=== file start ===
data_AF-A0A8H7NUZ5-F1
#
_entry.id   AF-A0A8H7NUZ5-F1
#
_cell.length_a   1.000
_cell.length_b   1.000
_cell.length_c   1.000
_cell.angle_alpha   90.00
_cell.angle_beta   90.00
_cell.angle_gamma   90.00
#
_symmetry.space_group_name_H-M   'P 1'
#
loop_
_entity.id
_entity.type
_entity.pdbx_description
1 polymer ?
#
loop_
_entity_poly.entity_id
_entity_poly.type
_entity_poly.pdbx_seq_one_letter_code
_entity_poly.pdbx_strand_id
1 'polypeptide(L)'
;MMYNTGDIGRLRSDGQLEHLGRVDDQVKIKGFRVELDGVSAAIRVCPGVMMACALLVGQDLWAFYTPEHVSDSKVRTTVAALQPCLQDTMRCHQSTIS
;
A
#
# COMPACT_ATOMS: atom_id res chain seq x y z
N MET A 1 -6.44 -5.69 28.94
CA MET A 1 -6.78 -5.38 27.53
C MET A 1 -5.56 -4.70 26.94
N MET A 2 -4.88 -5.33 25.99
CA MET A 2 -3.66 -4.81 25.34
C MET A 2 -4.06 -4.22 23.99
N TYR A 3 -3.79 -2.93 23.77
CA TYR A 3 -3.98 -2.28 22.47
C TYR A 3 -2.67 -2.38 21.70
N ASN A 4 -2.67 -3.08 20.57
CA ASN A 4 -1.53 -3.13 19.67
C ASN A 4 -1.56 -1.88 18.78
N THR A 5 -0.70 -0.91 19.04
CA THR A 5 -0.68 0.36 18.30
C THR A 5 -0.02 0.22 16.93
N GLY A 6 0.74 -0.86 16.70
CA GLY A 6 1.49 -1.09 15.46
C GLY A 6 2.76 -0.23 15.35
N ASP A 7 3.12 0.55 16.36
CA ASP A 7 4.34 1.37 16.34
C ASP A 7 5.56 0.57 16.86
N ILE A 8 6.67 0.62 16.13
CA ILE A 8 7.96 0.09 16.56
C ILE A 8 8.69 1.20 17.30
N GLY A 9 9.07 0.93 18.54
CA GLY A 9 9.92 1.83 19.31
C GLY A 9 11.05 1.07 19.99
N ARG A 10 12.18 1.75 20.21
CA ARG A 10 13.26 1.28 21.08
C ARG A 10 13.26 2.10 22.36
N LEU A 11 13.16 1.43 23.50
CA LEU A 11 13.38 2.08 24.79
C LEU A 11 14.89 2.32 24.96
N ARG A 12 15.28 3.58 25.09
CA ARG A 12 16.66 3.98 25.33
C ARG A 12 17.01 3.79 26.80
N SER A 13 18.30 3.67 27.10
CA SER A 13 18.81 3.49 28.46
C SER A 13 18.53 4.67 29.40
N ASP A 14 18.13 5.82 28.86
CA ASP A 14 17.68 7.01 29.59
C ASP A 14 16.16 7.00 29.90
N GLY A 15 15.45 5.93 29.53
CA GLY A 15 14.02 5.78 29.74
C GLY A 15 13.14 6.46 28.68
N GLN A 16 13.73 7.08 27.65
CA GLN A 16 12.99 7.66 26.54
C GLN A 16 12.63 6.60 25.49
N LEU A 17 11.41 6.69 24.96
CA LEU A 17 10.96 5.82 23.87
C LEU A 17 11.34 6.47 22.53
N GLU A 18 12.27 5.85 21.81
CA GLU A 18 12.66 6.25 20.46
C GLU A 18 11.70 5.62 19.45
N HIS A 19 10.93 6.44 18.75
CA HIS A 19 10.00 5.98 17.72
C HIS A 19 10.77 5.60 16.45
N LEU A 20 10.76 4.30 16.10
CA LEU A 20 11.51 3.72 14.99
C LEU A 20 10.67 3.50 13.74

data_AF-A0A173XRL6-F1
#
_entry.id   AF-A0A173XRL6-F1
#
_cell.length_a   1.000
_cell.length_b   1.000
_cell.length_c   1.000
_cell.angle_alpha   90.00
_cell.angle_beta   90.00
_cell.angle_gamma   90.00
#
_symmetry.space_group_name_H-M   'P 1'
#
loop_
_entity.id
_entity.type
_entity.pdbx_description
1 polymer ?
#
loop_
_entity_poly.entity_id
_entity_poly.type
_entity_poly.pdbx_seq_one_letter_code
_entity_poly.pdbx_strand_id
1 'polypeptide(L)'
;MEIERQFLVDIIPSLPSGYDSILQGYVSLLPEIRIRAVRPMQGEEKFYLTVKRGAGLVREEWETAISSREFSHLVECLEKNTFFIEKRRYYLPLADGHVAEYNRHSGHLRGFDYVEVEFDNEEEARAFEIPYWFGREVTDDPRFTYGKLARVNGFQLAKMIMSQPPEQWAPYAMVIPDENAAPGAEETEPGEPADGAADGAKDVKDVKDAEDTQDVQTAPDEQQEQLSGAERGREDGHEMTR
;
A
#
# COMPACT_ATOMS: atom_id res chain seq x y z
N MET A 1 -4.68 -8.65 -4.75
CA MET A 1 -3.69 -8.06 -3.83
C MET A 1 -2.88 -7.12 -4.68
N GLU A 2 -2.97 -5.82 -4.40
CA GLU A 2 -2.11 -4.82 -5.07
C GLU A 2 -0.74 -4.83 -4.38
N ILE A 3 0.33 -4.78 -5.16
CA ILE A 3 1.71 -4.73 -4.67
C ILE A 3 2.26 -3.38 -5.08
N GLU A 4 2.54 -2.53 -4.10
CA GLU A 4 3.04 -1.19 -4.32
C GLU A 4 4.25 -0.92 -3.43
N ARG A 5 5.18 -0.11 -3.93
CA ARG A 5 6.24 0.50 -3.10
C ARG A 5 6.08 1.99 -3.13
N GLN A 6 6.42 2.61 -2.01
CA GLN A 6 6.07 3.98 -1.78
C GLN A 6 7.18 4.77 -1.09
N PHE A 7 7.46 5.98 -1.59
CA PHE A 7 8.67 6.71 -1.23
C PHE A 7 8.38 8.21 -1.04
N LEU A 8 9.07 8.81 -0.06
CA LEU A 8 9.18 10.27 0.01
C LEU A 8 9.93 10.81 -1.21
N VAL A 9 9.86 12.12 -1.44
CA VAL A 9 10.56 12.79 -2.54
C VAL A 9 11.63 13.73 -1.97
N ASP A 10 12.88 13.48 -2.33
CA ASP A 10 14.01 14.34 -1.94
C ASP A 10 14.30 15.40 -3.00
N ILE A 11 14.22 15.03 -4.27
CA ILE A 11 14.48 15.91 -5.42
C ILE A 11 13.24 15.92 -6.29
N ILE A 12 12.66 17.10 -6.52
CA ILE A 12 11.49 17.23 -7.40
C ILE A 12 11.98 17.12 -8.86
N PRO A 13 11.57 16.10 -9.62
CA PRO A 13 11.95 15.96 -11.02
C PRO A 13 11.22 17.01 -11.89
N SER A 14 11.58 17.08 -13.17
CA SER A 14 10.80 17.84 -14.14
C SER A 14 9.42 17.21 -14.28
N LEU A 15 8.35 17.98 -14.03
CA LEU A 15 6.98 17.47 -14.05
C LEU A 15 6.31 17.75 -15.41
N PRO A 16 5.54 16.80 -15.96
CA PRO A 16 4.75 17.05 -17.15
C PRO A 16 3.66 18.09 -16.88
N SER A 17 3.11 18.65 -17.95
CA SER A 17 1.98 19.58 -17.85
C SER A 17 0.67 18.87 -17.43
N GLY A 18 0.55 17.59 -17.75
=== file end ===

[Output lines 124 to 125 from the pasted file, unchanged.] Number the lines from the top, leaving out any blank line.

N GLU A 2 -2.97 -5.82 -4.40
CA GLU A 2 -2.11 -4.82 -5.07